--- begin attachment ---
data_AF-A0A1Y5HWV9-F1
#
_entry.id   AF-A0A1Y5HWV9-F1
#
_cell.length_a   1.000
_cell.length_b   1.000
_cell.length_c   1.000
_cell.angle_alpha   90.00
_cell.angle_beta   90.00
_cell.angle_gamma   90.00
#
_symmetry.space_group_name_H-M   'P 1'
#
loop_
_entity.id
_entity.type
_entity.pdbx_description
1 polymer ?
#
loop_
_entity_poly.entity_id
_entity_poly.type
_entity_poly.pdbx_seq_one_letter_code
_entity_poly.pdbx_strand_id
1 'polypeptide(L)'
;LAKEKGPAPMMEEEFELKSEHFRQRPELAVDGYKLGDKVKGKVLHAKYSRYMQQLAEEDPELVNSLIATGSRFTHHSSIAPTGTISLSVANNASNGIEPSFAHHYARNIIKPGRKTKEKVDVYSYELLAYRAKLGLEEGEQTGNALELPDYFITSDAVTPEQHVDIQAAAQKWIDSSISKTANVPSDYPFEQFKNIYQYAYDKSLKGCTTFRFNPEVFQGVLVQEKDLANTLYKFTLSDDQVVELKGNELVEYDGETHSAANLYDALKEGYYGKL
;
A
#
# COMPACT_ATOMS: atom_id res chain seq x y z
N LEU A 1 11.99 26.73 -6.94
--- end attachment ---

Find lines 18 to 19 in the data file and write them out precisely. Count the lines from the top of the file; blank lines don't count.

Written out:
1 polymer ?
#